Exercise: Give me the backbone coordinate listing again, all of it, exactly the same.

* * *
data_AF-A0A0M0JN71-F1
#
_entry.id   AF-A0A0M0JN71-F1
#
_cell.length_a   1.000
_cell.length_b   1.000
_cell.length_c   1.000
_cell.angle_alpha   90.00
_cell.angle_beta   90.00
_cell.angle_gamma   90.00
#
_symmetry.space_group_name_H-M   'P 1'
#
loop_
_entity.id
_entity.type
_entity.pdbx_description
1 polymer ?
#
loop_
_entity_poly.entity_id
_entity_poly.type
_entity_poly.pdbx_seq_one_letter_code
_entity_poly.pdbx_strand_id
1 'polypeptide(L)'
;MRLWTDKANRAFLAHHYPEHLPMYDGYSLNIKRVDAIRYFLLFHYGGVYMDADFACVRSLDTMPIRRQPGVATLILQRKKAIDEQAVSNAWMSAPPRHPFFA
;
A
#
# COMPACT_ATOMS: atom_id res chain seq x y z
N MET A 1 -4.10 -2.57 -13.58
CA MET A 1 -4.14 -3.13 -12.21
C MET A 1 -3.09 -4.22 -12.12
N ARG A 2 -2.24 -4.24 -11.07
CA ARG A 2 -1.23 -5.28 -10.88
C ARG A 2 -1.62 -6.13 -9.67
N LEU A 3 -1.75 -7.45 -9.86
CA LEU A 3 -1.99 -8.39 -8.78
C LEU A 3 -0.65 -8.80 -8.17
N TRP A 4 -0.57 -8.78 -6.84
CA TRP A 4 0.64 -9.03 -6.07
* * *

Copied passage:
data_AF-A0A0M0JN71-F1
#
_entry.id   AF-A0A0M0JN71-F1
#
_cell.length_a   1.000
_cell.length_b   1.000
_cell.length_c   1.000
_cell.angle_alpha   90.00
_cell.angle_beta   90.00
_cell.angle_gamma   90.00
#
_symmetry.space_group_name_H-M   'P 1'
#
loop_
_entity.id
_entity.type
_entity.pdbx_description
1 polymer ?
#
loop_
_entity_poly.entity_id
_entity_poly.type
_entity_poly.pdbx_seq_one_letter_code
_entity_poly.pdbx_strand_id
1 'polypeptide(L)'
;MRLWTDKANRAFLAHHYPEHLPMYDGYSLNIKRVDAIRYFLLFHYGGVYMDADFACVRSLDTMPIRRQPGVATLILQRKKAIDEQAVSNAWMSAPPRHPFFA
;
A
#
# COMPACT_ATOMS: atom_id res chain seq x y z
N MET A 1 -4.10 -2.57 -13.58
CA MET A 1 -4.14 -3.13 -12.21
C MET A 1 -3.09 -4.22 -12.12
N ARG A 2 -2.24 -4.24 -11.07
CA ARG A 2 -1.23 -5.28 -10.88
C ARG A 2 -1.62 -6.13 -9.67
N LEU A 3 -1.75 -7.45 -9.86
CA LEU A 3 -1.99 -8.39 -8.78
C LEU A 3 -0.65 -8.80 -8.17
N TRP A 4 -0.57 -8.78 -6.84
CA TRP A 4 0.64 -9.03 -6.07